The incidence of fractures increases with age. This is partly due to extraosseous factors and partly to the increased fragility of the bone material itself. Ageing adversely affects the “quality” of human bone material, its elastic and ultimate properties. The hypothesis here is that these effects are caused by factors such as architectural changes, compositional changes, physicochemical changes, changes at the micromechanical level, and the degree of prior in vivo microdamage. Examination of the extent of the secondary osteonal area, the porosity level, the calcium content, the mineral/wet weight fraction, the dry density, the condition of the collagen and its content in mature x-links, the elasticity of osteonal and interstitial lamellae at the microscopic level and the numericaland surface-density of the in vivo fatigue microcracks has been undertaken. The findings show that some factors simply affect the stiffness and the strength of bone, while others soley affect its toughness. We discuss the implications of these findings in the context of the composite nature of the ageing bone material matrix.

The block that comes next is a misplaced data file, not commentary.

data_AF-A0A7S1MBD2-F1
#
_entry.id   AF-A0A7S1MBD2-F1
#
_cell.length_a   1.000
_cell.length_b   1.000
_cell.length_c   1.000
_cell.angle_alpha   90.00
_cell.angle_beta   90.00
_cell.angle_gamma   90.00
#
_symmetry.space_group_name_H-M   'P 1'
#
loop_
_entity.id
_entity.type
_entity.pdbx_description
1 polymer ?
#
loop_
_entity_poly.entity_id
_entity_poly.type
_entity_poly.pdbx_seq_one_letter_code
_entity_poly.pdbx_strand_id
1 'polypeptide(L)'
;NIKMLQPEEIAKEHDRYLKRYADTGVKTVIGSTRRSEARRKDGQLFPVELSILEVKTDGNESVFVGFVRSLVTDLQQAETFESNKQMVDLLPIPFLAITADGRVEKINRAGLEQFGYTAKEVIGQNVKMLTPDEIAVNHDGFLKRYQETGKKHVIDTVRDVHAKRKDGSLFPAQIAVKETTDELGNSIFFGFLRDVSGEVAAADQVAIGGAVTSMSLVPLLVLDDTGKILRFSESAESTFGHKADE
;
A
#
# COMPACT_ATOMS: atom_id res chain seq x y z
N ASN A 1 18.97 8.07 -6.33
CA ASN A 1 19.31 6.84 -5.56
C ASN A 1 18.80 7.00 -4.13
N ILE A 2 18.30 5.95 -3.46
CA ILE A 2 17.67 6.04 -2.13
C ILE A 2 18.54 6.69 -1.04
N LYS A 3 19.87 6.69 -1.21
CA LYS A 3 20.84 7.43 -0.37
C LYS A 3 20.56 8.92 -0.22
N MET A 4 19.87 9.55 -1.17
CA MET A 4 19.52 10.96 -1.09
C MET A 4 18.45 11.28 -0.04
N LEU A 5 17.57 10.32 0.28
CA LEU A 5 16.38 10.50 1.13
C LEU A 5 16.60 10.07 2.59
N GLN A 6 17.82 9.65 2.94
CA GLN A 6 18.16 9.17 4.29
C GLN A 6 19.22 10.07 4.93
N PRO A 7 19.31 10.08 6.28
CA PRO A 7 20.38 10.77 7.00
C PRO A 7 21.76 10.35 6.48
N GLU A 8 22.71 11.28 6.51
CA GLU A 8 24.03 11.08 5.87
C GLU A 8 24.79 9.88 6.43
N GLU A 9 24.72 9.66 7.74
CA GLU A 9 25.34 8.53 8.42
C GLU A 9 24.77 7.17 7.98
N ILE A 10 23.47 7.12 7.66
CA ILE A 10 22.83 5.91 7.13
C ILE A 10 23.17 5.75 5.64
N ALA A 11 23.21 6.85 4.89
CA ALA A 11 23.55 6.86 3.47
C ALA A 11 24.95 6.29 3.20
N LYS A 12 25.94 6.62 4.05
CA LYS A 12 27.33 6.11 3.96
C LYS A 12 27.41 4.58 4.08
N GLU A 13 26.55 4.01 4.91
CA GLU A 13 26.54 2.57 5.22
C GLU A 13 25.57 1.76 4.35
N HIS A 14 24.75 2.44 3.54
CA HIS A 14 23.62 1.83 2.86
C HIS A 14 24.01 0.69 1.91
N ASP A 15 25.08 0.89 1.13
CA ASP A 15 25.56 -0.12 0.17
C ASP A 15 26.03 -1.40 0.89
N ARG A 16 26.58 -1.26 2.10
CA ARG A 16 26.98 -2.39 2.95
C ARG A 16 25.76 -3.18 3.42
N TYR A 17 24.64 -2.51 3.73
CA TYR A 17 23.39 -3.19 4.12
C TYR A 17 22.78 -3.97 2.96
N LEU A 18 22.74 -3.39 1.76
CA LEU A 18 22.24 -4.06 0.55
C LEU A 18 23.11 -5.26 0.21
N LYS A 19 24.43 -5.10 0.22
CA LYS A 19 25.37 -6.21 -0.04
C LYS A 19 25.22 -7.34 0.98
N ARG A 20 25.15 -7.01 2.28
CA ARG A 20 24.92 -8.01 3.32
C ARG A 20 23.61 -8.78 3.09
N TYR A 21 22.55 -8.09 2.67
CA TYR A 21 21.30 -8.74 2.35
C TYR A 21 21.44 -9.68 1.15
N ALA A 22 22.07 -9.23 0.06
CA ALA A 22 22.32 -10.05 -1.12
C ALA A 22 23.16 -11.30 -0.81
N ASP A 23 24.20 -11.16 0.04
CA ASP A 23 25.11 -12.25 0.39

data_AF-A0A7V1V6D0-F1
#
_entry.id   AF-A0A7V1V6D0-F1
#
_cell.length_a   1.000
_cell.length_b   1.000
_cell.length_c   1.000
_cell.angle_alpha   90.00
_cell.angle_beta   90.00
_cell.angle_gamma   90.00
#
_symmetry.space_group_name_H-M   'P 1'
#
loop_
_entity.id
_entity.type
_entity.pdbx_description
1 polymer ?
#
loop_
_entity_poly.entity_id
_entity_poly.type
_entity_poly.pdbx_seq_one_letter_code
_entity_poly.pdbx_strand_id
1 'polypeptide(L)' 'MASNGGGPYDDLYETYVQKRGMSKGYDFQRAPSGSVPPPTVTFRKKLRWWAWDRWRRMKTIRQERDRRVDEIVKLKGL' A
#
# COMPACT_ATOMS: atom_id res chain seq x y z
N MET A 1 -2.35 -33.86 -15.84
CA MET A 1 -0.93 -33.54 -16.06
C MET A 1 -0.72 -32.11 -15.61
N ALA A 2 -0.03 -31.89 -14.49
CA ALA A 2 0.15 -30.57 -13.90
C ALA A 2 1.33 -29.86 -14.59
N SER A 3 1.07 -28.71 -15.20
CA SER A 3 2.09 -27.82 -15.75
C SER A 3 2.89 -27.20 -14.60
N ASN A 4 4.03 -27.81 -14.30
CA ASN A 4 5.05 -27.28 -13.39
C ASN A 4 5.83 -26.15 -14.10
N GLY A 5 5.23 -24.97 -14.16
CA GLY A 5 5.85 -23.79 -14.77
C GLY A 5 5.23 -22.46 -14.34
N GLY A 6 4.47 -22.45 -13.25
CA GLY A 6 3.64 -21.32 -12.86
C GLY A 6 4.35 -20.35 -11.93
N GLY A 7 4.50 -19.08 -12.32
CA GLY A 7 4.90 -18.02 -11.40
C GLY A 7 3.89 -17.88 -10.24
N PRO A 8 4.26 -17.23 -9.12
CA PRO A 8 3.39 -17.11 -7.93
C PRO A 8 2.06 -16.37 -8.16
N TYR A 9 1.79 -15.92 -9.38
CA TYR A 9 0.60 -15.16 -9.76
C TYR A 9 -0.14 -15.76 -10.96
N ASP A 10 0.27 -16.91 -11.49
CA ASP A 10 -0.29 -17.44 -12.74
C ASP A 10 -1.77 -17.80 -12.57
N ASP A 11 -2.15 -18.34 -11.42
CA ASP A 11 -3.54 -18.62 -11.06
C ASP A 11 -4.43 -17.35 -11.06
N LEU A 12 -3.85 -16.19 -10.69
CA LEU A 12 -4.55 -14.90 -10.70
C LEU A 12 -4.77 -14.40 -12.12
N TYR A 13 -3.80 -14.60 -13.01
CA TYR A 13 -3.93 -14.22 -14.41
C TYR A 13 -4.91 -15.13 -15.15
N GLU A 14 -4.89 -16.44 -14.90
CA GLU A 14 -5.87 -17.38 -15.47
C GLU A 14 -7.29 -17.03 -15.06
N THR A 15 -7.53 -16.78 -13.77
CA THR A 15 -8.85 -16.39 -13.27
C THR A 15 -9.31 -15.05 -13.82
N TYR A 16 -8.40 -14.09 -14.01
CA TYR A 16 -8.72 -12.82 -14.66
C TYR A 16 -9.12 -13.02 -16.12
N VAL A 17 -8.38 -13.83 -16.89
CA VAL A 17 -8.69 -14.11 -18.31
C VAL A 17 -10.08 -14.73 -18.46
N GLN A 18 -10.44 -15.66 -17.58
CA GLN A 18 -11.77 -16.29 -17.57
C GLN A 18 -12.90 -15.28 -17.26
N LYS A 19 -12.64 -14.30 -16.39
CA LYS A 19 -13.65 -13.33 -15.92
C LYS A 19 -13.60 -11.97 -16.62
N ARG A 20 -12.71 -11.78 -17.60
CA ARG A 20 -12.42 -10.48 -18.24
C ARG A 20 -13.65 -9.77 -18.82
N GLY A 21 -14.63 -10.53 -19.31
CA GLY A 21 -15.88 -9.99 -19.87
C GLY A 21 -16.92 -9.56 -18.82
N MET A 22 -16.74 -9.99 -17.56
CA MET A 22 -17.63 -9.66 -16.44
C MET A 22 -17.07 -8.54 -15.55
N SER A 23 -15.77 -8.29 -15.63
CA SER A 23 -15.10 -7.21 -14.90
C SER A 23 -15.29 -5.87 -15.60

Keywords: biomechanics; bone; ageing; collagen; toughness composites